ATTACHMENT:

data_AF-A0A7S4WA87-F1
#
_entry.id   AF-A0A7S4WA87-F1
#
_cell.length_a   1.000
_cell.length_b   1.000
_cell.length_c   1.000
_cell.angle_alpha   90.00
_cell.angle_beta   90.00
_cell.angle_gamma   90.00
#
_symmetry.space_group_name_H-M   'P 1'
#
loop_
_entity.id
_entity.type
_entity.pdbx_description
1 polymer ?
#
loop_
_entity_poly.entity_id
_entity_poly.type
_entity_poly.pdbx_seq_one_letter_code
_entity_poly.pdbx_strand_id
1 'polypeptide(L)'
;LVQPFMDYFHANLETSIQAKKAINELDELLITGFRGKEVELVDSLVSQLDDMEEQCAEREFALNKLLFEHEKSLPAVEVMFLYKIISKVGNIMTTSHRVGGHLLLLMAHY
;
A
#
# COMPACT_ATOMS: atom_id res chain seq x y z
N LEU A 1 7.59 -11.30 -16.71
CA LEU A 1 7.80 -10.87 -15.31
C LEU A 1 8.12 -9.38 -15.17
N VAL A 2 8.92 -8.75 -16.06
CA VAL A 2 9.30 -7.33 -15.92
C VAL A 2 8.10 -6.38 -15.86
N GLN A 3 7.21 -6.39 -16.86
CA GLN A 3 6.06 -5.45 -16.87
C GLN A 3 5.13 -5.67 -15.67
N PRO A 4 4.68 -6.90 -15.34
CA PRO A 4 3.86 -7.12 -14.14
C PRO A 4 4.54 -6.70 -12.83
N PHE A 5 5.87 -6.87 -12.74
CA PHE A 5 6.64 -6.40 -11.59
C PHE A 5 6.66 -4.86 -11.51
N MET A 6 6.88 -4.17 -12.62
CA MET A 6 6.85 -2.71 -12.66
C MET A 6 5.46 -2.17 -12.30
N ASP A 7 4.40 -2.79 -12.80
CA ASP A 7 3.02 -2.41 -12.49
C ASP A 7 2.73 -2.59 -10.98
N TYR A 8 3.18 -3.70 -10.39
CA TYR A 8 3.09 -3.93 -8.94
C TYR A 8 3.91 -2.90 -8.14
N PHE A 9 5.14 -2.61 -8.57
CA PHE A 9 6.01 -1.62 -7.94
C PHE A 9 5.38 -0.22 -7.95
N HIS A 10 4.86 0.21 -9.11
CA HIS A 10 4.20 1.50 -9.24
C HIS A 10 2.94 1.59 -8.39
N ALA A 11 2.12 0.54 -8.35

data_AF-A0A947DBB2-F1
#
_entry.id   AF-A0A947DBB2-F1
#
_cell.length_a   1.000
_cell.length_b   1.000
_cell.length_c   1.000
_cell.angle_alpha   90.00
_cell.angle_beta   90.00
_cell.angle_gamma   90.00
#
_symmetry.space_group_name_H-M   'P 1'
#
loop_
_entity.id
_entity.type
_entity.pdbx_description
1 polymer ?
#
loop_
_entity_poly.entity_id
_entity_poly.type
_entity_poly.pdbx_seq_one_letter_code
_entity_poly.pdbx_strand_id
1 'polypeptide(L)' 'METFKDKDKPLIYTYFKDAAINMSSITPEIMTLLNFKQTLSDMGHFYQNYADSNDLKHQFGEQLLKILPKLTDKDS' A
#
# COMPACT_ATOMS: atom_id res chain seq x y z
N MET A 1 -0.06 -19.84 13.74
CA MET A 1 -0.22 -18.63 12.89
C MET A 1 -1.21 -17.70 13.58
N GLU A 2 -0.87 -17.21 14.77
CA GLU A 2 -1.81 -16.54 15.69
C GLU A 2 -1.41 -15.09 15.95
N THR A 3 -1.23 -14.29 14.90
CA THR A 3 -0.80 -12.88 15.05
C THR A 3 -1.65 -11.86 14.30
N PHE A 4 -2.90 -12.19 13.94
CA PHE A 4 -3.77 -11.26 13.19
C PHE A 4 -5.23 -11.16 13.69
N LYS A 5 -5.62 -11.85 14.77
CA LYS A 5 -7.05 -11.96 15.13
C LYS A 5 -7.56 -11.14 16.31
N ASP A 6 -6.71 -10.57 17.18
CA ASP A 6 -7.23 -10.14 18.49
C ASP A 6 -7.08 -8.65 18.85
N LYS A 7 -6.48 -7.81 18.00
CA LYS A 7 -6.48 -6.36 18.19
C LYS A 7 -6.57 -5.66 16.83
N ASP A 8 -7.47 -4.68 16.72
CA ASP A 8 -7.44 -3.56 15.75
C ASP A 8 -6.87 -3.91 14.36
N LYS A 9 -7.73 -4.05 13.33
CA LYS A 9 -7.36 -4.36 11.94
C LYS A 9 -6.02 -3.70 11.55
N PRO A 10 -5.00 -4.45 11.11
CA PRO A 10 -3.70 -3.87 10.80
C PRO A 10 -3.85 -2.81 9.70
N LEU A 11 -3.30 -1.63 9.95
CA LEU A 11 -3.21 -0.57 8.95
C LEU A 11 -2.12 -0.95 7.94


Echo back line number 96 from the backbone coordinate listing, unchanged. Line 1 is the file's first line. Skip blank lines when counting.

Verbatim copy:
CA THR A 3 -0.80 -12.88 15.05